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Easingwold Methodist Church
Chapel Street, Easingwold, YO61 3AE

  • Aug 25th, 10:30 am - Mr John Freeman
  • Sep 1st, 10:30 am - Mrs Hilary Blake
  • Sep 8th, 10:30 am - Rev'd Elizabeth Cushion (Holy Communion)
  • Sep 15th, 10:30 am - Rev'd Vivien Firth

Times of worship 10.30am and 6.30pm each Sunday.

Groups include: Explorers and JMA for the young people; Network; House group; Social Committee; Cafe Church; Men's Breakfast; OASIS with coffee mornings.

See our website for more information.

Methodism in Easingwold

The origins of Methodism in Easingwold are unknown but are thought to have begun with the preaching of John Nelson who passed through the town as a prisoner of the press-gang during the year 1744. However, it was not until 1768 that official records noted that the Easingwold Society sent six shillings (30p) to the York Quarterly Meeting as it was then part of the York Circuit. Thus the wheel has come full circle as it is once again part of the (new) York Circuit.

The persons who first invited preachers to Easingwold were John Skaife (the Parish Clerk) and his brother-in-law who was the Sexton of the parish! It is said that the first preaching place was a house on Stillington Road called Blayd's House (now Blaydes House) but after about a year, following the conversion of John Skaife, the meetings transferred to his house in the town.

The first chapel was built in 1785 at a cost of £140 and, when John Wesley preached there on Monday 8th May 1786, the Society had seventeen members under the leadership of John Barber. In 1815, a new and larger chapel was built on the present site in Chapel Street which cost £970. 13. 7. £970. 68p).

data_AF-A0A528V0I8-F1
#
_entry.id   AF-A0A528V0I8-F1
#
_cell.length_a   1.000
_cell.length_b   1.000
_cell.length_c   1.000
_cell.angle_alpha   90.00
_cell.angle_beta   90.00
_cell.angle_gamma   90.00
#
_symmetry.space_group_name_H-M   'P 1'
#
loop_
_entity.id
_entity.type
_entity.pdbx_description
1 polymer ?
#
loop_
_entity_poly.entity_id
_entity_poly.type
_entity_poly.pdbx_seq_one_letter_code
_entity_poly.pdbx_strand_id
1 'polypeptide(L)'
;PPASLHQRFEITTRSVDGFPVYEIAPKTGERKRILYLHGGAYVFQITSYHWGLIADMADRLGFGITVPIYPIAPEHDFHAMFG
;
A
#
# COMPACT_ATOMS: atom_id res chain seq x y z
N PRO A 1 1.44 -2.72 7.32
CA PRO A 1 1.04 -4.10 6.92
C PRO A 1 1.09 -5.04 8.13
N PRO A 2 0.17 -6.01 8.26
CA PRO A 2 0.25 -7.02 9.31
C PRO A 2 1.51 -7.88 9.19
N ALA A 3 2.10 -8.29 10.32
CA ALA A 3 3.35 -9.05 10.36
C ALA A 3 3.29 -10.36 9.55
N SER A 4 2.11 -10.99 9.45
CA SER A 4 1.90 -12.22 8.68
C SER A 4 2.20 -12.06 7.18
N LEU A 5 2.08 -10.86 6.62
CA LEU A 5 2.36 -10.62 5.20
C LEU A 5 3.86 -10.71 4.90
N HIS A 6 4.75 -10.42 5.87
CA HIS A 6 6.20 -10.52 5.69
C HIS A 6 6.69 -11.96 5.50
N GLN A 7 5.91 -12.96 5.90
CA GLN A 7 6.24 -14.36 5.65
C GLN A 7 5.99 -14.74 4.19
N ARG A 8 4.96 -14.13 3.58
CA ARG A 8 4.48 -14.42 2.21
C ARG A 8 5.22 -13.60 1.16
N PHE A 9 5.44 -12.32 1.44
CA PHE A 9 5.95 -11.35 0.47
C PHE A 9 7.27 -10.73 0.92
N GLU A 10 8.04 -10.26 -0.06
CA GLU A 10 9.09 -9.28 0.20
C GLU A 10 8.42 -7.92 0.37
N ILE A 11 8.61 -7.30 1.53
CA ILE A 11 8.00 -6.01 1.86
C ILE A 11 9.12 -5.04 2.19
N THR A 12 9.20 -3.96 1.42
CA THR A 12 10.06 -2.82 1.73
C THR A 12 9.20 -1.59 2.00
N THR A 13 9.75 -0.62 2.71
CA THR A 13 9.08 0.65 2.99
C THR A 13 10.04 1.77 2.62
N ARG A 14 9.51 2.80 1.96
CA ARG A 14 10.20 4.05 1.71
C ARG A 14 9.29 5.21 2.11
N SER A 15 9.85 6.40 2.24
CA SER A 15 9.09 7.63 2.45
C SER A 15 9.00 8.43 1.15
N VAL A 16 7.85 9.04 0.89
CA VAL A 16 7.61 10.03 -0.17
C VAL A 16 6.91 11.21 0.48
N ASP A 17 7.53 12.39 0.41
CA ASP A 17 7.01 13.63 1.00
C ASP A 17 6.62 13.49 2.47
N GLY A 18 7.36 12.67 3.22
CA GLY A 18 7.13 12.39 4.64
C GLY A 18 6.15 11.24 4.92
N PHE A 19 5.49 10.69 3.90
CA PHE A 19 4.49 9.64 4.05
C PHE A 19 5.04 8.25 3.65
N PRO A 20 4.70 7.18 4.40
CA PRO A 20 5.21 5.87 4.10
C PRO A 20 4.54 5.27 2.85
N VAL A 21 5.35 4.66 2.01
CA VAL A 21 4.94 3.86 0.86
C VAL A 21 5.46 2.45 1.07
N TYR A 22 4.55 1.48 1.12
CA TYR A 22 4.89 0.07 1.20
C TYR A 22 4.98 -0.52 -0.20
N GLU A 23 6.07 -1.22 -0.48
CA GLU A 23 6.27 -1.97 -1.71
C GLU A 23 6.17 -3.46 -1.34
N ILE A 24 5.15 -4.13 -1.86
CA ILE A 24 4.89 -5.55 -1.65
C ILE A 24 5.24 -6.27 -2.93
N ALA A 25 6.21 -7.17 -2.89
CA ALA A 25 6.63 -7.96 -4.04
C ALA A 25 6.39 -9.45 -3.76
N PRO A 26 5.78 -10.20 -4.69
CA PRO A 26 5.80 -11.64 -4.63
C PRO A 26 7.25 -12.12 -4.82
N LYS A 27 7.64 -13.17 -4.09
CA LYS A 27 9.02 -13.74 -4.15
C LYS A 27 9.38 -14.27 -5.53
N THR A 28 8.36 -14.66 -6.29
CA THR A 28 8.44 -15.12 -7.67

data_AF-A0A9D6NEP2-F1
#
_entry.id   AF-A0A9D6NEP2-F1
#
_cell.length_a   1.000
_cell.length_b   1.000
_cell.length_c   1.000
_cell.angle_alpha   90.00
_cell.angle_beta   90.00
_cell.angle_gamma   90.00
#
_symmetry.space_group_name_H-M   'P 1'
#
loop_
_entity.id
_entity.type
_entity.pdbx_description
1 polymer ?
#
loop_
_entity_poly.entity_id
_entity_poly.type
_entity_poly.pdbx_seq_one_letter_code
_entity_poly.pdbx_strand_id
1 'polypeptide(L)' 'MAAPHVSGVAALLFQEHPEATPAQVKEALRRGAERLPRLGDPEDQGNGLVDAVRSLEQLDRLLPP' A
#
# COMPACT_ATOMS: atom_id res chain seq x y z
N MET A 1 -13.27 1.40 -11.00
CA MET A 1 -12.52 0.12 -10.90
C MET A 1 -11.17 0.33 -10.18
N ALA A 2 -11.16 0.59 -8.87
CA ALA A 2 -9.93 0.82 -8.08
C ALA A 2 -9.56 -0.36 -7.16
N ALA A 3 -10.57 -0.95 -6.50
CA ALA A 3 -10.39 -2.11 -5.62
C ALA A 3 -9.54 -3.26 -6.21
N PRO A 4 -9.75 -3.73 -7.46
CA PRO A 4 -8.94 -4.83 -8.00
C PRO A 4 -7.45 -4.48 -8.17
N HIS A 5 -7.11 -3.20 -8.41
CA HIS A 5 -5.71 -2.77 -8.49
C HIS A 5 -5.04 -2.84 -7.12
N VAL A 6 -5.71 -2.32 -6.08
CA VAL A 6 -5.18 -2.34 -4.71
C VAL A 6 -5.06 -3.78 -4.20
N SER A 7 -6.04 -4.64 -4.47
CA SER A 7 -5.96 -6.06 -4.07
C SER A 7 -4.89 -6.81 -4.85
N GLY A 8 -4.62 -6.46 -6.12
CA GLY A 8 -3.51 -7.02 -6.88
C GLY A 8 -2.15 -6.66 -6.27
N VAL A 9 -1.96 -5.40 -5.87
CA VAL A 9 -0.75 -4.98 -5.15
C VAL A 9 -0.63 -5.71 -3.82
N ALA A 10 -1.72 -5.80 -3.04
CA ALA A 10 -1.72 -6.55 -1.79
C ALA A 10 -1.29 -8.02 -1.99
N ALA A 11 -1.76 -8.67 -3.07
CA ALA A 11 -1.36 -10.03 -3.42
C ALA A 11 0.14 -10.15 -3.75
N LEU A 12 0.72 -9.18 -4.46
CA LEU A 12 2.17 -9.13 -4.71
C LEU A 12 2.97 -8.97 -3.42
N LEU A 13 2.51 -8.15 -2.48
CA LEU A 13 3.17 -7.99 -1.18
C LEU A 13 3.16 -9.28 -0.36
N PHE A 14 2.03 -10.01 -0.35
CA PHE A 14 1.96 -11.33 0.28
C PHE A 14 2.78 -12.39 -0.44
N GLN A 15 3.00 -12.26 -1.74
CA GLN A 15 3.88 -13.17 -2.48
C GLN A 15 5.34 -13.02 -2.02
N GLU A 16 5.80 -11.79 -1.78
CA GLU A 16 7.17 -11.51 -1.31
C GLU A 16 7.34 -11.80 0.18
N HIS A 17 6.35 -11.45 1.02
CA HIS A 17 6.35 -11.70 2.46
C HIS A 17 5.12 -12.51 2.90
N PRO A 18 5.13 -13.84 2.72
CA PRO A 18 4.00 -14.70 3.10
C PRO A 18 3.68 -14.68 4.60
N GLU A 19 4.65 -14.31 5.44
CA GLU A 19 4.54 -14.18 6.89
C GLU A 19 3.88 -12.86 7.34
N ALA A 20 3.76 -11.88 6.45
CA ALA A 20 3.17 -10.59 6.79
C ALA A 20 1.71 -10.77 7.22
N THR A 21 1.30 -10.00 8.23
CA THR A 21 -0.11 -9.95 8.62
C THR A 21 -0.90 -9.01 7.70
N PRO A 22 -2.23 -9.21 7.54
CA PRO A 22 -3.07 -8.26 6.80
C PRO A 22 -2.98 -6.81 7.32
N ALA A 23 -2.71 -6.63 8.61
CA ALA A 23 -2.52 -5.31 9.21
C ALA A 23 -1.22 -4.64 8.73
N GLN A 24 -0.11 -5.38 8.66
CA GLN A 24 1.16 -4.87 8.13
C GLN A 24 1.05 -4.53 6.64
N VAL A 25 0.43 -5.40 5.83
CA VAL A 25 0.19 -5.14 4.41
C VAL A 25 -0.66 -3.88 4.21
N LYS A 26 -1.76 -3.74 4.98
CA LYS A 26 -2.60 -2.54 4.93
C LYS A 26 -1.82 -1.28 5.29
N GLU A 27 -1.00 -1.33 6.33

The one and only internment to have been made in the chapel forecourt is that of John Skaife (1766-1838) who was the grandson and name-sake of the aforementioned John Skaife, the Parish Clerk. The monument still stands in the garden at the left-hand side of the present chapel building. It was erected by his fellow local preachers who held him in very high regard.

The chapel worshipped in today was rebuilt and opened on Saturday 10th May 1975. The total cost of the rebuilding amounted to £41,031.85p (this figure included voluntary labour estimated at £3,300).

Today, the premises offer worship week- by- week as well as offering the ancillary rooms for use to the community for such things as Playgroup, U3A, and much more during the week. Very recently its value to the community has been recognised by the award of a grant to cover the installation of digital projection and an opportunity to update the audio equipment.

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